Radically following Jesus in this political climate can look ordinary. Our faith lived out goes well-beyond who will become president. You live out in your practices.

It exchanges the constant fact-checking of policy and insults with the truth of Scripture. It calls us to identify our anxiety and bring it to prayer. We watch our words and thoughts because we recognize each person created in the image of God. Faithfully, we gather with the community of believers sharing in the greater story of grace.

Today, live in the deeper reality of Jesus. No matter who becomes president, He is the hero of every story. Let your faith become practice.

Photo credit by Augusto Navarro.


Philadelphia loves the Flyers, Sixers, Phillies, and especially the Eagles. In living that area for seven years, I will never forget the summer of 2009. The Eagles signed Michael Vick to their team. He had just come out of prison for his role in dog fighting. His coming to the beloved Eagles had mixed reactions. Callers debated him on sports radio, and comment sections on online articles brought the discussion to the internet.


Soon the season started, and Vick sat quietly on sidelines. Early in the 2010 season, Vick rose from a backup to starting quarterback. The Philadelphia fans embraced him. I would listen to the radio shows which once debated his arrival, now ecstatically cheer for him.

We love comebacks. Beyond the outrage of a person falling from grace, a part of us hopes for them to rise again. It’s not just in sports. Jean Valjean personifies it in Les Misérables. Bands after years of fighting will get back together. Some political figures even experience redemption.

Comebacks do not negate the evil perpetrated, but they call people to experience confession, forgiveness, and reconciliation.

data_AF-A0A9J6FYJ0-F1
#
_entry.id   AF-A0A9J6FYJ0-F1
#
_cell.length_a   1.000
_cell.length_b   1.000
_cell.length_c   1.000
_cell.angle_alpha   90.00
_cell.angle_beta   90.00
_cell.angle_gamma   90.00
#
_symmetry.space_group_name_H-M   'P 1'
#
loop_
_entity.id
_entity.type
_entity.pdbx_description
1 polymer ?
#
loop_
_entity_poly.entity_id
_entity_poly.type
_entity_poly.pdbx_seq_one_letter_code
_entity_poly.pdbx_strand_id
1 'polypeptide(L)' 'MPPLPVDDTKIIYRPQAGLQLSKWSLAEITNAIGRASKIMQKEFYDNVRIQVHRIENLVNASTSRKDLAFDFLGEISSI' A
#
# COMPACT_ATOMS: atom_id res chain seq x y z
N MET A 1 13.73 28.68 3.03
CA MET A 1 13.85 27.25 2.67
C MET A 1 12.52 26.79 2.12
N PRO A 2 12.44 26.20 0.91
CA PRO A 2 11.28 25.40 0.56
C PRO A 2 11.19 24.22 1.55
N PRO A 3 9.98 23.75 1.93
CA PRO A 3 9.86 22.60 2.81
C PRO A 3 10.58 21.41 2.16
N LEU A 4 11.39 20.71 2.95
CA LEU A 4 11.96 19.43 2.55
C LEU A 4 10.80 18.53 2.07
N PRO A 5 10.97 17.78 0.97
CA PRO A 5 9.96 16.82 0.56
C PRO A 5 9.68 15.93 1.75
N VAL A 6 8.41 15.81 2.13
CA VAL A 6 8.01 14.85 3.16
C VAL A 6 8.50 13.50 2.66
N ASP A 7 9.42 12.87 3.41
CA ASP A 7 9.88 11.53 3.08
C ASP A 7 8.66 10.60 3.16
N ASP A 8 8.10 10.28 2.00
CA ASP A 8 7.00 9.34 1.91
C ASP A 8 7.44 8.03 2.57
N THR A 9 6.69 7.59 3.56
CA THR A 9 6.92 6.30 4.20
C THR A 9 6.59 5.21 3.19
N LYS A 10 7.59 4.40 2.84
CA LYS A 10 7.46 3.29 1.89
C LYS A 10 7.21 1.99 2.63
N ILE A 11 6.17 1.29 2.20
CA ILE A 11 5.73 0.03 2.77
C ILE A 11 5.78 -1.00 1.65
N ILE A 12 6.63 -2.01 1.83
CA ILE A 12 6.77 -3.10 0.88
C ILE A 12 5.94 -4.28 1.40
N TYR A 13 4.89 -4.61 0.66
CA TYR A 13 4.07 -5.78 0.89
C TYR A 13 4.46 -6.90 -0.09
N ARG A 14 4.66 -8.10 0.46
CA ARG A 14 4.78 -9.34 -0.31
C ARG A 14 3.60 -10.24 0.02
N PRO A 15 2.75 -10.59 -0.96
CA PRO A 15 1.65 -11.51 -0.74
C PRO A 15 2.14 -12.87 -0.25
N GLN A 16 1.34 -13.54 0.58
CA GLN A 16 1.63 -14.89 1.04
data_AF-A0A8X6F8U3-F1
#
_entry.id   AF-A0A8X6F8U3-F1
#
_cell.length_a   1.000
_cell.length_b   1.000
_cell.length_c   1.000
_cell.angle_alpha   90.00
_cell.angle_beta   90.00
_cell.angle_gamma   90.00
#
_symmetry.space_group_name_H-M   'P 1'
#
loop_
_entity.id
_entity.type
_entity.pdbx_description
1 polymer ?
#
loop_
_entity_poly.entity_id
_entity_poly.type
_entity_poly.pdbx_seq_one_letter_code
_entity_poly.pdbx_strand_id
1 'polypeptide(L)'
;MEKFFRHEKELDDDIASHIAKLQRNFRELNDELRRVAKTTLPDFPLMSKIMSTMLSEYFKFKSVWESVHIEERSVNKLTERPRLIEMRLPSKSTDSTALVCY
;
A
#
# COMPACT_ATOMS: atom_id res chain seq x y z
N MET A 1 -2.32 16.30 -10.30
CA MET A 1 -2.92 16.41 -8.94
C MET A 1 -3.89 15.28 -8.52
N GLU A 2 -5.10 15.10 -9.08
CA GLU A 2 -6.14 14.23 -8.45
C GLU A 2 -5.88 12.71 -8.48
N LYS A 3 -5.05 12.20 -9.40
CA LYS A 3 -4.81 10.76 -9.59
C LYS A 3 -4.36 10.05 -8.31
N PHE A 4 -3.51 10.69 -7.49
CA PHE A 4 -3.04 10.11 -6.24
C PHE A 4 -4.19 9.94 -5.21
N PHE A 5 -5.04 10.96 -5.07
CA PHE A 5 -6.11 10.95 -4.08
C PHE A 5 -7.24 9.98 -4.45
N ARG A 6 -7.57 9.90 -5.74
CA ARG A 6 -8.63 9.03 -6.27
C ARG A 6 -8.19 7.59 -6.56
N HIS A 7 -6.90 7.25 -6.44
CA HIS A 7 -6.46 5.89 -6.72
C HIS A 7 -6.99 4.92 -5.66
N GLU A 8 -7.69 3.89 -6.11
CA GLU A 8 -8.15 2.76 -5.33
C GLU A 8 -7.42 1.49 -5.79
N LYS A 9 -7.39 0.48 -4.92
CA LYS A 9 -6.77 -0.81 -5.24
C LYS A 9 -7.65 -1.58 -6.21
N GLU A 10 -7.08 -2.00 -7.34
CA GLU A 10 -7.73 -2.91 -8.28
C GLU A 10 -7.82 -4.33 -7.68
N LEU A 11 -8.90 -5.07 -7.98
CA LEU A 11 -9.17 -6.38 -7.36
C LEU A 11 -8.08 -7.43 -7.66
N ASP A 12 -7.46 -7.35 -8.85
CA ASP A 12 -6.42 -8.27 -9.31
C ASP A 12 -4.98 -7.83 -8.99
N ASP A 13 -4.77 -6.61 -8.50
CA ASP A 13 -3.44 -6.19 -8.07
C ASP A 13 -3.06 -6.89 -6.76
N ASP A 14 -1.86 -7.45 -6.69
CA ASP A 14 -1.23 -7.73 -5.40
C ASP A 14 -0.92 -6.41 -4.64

Why do we embrace comebacks? Because these stories embody the Gospel. Whether we realize it or not, we identify with the person who falls from grace. Their worst moment displayed for all the world to judge. Grace surprises us. Rather than condemning, Christ forgives us and redeems us. Putting ourselves in someone like Vick’s shoes realizes our need for grace and mercy.

Chuck DeGroat, author and professor, recently shared a quote on January 25th by John Calvin in the Institutes saying this:

The image of God, which recommends him to you, is worthy of your giving yourself and all your possessions. It is that we remember not to consider men’s evil intention but to look upon the image of God in them, which cancels and effaces their transgressions, and with its beauty and dignity allures us to love and embrace them.

The idea of the image of God invites us to see others and ourselves as Christ sees us. Perhaps, this is why a falling out with a friend bothers us. We feel the need to right our wrongs. You and I long for freedom from guilt and shame. The hunger for forgiveness and reconciliation originates from God created us in His image.